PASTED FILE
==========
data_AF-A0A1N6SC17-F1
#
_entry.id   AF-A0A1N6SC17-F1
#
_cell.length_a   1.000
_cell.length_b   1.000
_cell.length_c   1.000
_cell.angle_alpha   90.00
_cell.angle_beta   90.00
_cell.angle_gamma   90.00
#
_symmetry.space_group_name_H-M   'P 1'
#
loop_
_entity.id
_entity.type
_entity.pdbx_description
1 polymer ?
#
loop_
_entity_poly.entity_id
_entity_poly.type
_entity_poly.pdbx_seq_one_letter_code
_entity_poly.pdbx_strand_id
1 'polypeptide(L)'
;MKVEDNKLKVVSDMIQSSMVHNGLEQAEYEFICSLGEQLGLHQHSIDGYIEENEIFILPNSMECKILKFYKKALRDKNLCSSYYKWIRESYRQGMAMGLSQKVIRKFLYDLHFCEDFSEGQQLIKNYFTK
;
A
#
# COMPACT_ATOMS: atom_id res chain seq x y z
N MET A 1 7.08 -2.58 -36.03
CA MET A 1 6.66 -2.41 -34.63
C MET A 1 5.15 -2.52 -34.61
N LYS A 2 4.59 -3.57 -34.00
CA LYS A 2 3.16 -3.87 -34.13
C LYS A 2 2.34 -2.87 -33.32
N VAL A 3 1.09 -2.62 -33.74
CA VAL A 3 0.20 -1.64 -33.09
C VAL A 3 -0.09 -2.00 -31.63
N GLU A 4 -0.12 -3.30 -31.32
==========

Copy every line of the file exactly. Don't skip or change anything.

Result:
data_AF-A0A1N6SC17-F1
#
_entry.id   AF-A0A1N6SC17-F1
#
_cell.length_a   1.000
_cell.length_b   1.000
_cell.length_c   1.000
_cell.angle_alpha   90.00
_cell.angle_beta   90.00
_cell.angle_gamma   90.00
#
_symmetry.space_group_name_H-M   'P 1'
#
loop_
_entity.id
_entity.type
_entity.pdbx_description
1 polymer ?
#
loop_
_entity_poly.entity_id
_entity_poly.type
_entity_poly.pdbx_seq_one_letter_code
_entity_poly.pdbx_strand_id
1 'polypeptide(L)'
;MKVEDNKLKVVSDMIQSSMVHNGLEQAEYEFICSLGEQLGLHQHSIDGYIEENEIFILPNSMECKILKFYKKALRDKNLCSSYYKWIRESYRQGMAMGLSQKVIRKFLYDLHFCEDFSEGQQLIKNYFTK
;
A
#
# COMPACT_ATOMS: atom_id res chain seq x y z
N MET A 1 7.08 -2.58 -36.03
CA MET A 1 6.66 -2.41 -34.63
C MET A 1 5.15 -2.52 -34.61
N LYS A 2 4.59 -3.57 -34.00
CA LYS A 2 3.16 -3.87 -34.13
C LYS A 2 2.34 -2.87 -33.32
N VAL A 3 1.09 -2.62 -33.74
CA VAL A 3 0.20 -1.64 -33.09
C VAL A 3 -0.09 -2.00 -31.63
N GLU A 4 -0.12 -3.30 -31.32